Discussion on AU Sanctions regime

Date | 23 October 2023

Tomorrow (24 October 2023), the African Union (AU) Peace and Security Council (PSC) will convene its 1181st session on the AU Sanctions regime, at the Ambassadorial level.

The Chairperson of the PSC, Daniel Owassa, Permanent Representative of the Republic of Congo to the AU will start the meeting with an opening statement, followed by remarks from Ambassador Bankole Adeoye, Commissioner for Political Affairs, Peace and Security (PAPS).

Following the waves of coups that swept across parts of the continent, there has been increasing policy discussion on the need for bolstering the response for containing the spread. Since 2020 alone, the AU has grappled with seven coups in Mali, Guinea, Burkina Faso, Sudan, Chad, Niger and most recently, Gabon. Of the seven coups, two countries have faced dual coups (i.e., Mali and Burkina Faso). As the sanction measures adopted by the AU and regional organizations such as the Economic Community of West African States (ECOWAS) fail to change the behavior of coup makers or to deter the occurrence of new coups, one of the issues that received increased attention in continental and regional policy processes is how to reinforce the sanctions measure.

The instruments guiding the AU on imposing sanctions on Member States include the PSC Protocol, Lomé Declaration, the African Charter on Democracy, Elections and Governance (ACDEG), the Constitutive Act of the African Union, and the Accra Declaration. While the AU ordinarily adopts suspension from participation in AU activities, the other sanctions are what the Lomé Declaration calls ‘limited and targeted sanctions’. The ‘limited and targeted sanctions’ listed in the Lomé Declaration travel bans, asset freezes, visa denials for the perpetrators of unconstitutional change of governments (UCG), restrictions of government-to-government contacts, and trade restrictions.

During the Reflection Forum on UCGs, convened in March 2022 in Accra, Ghana, one of the recommendations was to reactivate the PSC Sanctions Committee. This was echoed in the decision of the AU Extraordinary Summit held in May 2022. Subsequently, the PSC held a session on sanctions and enforcement capacities in the deterrence against UCGs and called for the full operationalization of the PSC Sub-Committee and the development of the requisite technical capacities to ensure its effectiveness. During this 1100th session, the PSC also instructed the Committee of Experts (CoE) to develop the ToRs for the PSC Sub-Committee on Sanctions. It is important to note that the sub-committee on sanctions was initially established in 2009 through the PSC’s 178th communique, but it has never been operational. During the CoE retreat in May, the CoE identified certain issues, such as the composition of the Sub-committee and the level of its chairship that require the guidance of the PSC with respect to the Sanctions Sub-Committee. During its 1170th session, the PSC received report from the CoE on the work accomplished during the CoE retreat for developing the sanctions regime and the terms of reference of the Sub-Committee on Sanctions.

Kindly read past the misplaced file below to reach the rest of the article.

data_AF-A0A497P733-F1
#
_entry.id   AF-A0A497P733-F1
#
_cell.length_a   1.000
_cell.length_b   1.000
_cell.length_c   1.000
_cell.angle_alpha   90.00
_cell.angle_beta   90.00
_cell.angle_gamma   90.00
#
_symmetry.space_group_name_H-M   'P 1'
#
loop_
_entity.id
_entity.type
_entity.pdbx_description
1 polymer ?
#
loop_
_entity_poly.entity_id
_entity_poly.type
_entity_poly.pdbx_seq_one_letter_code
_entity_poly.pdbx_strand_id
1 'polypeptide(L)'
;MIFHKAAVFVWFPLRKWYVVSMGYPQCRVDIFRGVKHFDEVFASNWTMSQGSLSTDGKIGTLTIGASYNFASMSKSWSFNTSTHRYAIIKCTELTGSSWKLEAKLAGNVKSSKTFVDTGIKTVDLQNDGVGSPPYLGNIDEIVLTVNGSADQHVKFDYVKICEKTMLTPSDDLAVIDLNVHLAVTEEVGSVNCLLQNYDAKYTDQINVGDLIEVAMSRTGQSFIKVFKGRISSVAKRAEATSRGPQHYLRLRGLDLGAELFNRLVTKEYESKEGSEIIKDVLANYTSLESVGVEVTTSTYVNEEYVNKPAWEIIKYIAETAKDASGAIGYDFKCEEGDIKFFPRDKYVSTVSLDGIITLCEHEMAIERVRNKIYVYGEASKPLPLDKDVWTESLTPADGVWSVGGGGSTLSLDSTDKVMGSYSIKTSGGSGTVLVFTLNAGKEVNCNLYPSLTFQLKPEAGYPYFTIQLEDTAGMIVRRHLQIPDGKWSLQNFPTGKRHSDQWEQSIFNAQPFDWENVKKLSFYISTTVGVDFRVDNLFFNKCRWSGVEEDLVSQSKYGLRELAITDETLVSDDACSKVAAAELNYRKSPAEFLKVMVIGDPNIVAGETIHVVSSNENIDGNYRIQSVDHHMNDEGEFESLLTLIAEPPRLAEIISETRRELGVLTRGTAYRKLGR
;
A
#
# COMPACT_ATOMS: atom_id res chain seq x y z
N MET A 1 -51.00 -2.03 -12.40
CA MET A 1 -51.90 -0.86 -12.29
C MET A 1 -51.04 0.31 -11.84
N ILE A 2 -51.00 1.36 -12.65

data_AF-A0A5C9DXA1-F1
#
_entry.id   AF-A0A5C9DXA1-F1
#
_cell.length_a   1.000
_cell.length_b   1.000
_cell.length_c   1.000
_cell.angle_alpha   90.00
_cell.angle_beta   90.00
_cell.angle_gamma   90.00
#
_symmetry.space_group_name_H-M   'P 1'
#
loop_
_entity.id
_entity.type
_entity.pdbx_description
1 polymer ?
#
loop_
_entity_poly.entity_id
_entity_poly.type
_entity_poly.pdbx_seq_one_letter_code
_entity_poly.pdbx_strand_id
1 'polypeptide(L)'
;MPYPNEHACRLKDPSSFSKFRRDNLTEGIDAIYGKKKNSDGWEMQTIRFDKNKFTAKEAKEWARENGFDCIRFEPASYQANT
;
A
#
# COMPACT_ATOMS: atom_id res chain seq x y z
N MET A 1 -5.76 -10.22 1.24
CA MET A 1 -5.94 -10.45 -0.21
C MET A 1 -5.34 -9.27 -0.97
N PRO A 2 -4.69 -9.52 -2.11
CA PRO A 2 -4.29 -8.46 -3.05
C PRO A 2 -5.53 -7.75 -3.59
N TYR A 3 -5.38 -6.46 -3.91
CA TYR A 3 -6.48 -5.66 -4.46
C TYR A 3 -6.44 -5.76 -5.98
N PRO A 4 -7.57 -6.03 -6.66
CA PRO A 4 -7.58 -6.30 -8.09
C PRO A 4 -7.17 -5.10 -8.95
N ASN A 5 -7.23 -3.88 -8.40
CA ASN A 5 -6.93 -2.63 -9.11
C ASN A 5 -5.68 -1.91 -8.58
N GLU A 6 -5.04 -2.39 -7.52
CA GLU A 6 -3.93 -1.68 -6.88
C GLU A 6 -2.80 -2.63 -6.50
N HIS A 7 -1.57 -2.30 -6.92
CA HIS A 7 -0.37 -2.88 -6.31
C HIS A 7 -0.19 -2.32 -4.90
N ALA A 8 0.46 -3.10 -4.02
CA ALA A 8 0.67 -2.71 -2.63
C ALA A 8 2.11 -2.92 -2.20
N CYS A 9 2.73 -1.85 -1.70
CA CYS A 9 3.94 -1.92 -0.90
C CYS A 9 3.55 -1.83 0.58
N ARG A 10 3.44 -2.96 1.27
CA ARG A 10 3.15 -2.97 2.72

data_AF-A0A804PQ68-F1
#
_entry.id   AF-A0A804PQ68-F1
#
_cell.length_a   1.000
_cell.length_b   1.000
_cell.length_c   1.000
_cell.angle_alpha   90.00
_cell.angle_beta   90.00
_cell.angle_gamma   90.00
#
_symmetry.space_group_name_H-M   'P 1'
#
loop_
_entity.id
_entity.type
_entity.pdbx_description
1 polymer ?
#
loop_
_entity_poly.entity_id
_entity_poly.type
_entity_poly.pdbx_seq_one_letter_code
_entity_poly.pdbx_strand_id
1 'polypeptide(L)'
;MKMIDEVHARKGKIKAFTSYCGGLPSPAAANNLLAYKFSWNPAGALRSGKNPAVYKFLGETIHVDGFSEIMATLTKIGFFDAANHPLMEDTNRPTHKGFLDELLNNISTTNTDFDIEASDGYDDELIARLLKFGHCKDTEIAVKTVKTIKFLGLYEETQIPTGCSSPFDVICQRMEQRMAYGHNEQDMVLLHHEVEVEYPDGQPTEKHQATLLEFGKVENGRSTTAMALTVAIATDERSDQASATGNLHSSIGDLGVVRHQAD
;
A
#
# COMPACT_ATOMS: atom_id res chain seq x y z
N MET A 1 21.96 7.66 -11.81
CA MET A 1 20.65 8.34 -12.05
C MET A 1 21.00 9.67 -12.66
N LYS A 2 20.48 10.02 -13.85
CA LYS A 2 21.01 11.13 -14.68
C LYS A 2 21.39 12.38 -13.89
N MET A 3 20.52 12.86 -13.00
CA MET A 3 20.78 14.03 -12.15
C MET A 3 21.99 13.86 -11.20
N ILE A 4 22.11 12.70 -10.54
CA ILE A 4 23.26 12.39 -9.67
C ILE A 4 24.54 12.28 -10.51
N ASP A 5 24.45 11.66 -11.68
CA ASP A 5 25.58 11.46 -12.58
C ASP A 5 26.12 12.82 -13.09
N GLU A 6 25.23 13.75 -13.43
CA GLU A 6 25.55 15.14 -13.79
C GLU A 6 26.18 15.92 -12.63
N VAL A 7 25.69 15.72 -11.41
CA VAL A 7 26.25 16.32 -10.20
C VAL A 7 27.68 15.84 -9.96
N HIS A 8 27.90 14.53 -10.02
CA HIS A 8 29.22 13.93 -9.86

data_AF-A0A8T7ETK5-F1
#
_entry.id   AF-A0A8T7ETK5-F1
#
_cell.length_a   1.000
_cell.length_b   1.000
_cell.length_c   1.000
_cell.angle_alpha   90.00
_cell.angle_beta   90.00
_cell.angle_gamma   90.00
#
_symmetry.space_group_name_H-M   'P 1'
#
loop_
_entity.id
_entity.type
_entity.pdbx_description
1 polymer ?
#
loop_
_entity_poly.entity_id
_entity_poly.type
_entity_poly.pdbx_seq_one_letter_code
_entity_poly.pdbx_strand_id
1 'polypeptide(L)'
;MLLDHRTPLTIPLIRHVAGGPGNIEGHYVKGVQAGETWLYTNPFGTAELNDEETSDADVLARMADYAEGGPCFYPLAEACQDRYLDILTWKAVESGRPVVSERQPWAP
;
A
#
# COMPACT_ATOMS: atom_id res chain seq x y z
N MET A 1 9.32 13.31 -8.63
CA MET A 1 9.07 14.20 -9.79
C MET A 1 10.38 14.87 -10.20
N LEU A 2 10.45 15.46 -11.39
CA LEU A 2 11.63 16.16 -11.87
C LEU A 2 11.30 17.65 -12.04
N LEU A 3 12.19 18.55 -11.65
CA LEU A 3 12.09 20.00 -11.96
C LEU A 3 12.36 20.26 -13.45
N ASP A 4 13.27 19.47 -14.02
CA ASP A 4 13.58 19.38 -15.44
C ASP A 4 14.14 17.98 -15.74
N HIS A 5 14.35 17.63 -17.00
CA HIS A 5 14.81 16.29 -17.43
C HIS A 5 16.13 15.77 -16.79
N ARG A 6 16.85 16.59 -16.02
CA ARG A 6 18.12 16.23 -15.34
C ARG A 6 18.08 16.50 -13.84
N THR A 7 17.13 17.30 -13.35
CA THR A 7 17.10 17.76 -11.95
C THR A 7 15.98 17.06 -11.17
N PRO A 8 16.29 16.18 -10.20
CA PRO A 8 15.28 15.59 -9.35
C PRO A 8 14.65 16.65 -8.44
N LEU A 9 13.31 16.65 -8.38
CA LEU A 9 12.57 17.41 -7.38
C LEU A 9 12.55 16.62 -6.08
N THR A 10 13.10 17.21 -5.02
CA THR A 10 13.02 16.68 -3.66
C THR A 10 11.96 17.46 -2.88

It is expected that tomorrow’s session will also cover the discrepancy in the application of sanctions as one of the critical challenges faced by the AU in imposing sanctions and deterring UCG. In this respect, it is vital that this PSC session aims to look at the divergence in policy implementation between the PSC and the relevant regional mechanisms and foster an environment where there is coordination and collaboration among these entities yielding a more effective and consistent application of sanctions.

Unsurprisingly, tomorrow’s meeting would also give an update on PSC’s request to the AU Commission to establish a solid sanctions infrastructure using the available resources in the PAPS Department that will effectively support the work of the PSC Sub-Committee on Sanctions, as well as a monitoring and evaluation group, to assess the implementation of the sanctions imposed against the Member States. This is in accordance with the decision in communique PSC/PR/COMM.1100 (2022) adopted at PSC’s 1100th session on 15 August 2022. Furthermore, it will be prudent for this meeting to consider the need for refining existing sanctions pronouncements into consistent frameworks that are aligned with the current evolution of the challenges they are meant to address. To put this into context, the PSC had requested the Commission, ‘in collaboration with the UN stakeholders and relevant African research institutions and think tanks, including the African Members of the UN Security Council (A3) and UN Security Council Permanent Members, to explore and develop an effective collaborative mechanism to strengthen the AU sanctions regime and provide appropriate technical capacities to the PSC Committee of Experts and the Military Staff Committee’.